Kimberly Lew
December 08, 2015 8:36 am

On the rare occasion that someone asks me when my birthday is, my answer is usually meant with a look of pity. “That must suck,” is usually the response I eventually receive. “You probably get short-changed on presents,” is a pretty common follow-up.

The truth is, I’ve never had a problem with having my birthday on Christmas. It’s often my fun fact when I meet new people—it’s certainly memorable, though I do have a lot of old friends who still manage to forget. I am not particularly religious, but having a birthday on Christmas has given me a huge appreciation for the holidays. Not only do I love that the whole season leading up to my birthday is full of light and celebration, but having my birthday near the end of the year also makes every year older feel even more like a new beginning, as the year beings to wrap up and I have the time to reflect on where I’ve been and where I want to go.

More than anything, I don’t know anything different. People often remark about doing double duty on presents or having to “share” my day, but I don’t really know what kind of expectations I’m supposed to have of my birthday or Christmas when they’re not shared on the same day. I’m not someone who likes a lot of attention, so I don’t need a day to declare my own. I even like that, when people give me gifts, I can give them something as well, making it a reciprocal exchange. One drawback is that I often have trouble remembering other people’s birthdays unless it falls on a major holiday, but come Christmas time, I am in full giving mode, wanting to send cards and give gifts to let friends and family know how much I’ve valued how they’ve enriched the last year of my life.

The thing that I’ve observed about my friends’ birthdays is that they all celebrate them differently. Some go all out with a whole week of activities and big parties. Some shut themselves away for their birthday, choosing to let the day pass with no hoorah. Some friends want to celebrate but have no idea how. I once knew a guy who would spend his birthday reading about famous writers and artists who were famous before whatever age he was turning.

The common denominator I’ve found in the way that people celebrate their birthdays is that everyone seems to just want to spend the day feeling loved by the people they care about, and I think having a Christmas birthday makes me very lucky in this respect. The fact that Christmas is a national holiday has always been a gift, as it’s allowed me to spend almost all of my birthdays with my family in some form or fashion.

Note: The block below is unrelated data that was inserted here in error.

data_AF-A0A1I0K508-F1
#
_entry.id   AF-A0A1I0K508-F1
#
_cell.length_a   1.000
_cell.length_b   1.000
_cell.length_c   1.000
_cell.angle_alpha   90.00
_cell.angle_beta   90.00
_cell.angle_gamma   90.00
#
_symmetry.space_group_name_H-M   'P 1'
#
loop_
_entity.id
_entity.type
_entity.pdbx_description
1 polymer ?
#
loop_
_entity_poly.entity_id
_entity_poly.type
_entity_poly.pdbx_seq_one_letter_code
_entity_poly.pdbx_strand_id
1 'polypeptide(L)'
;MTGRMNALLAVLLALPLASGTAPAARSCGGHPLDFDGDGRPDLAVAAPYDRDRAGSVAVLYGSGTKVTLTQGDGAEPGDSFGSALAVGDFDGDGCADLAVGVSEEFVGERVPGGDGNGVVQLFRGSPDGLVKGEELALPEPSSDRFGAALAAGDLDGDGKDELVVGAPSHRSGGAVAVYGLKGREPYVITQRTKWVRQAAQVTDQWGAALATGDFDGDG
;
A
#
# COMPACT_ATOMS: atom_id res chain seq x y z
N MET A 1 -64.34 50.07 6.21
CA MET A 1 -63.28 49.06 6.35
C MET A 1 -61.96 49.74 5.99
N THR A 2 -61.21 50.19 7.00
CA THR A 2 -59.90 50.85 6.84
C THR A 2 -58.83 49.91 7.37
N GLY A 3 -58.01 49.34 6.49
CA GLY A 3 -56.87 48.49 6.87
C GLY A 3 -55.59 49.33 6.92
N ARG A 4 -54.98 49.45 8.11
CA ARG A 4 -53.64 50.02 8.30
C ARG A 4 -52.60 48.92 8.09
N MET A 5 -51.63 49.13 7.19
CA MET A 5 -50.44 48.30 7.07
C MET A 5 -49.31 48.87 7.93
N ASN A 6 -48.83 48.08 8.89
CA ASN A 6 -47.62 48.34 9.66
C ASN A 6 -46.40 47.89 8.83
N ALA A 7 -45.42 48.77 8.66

When I was little, Christmases were spent with my whole dad’s side of the family, talking loudly in our Hawaii living room around a tree, feeling the spirit of the holidays even though the ceiling fan would be whirring away in the background. When my family moved to Georgia, we used the school holiday breaks to travel, often meeting my grandparents in cities across the country. My first visit to New York occurred on my 12th birthday, and I remember drinking fresh squeezed orange juice from the deli downstairs in my grandparents’ hotel room, mesmerized by the noisy city down below. I have always loved that Christmas has been the excuse for me to be able to spend my birthday surrounded by the people that I love. Even once I moved to New York, my family and I would still find ways of spending the day together: either I would fly home, my family would come up to visit, or we would all meet somewhere else.

Three years ago, I decided to stay in the city by myself for my birthday after realizing that flying home for only a few days would be far too expensive. When plans to meet up with a friend that day fell through, I found myself spending the day in my studio apartment, ordering Chinese food and watching Christmas episodes of sitcoms all day. It was very different, celebrating Christmas and my birthday alone, but it also made me realize how lucky I had been to have a birthday where being with those I loved was the norm.

Birthdays can come with a lot of emotions and revelations, but ultimately, they are what we make of it. So I make a point to always be thankful for my birthday, for what I get and what I have, for the love that comes with the occasion. There’s very little that “sucks” about that.

[image via NBC]

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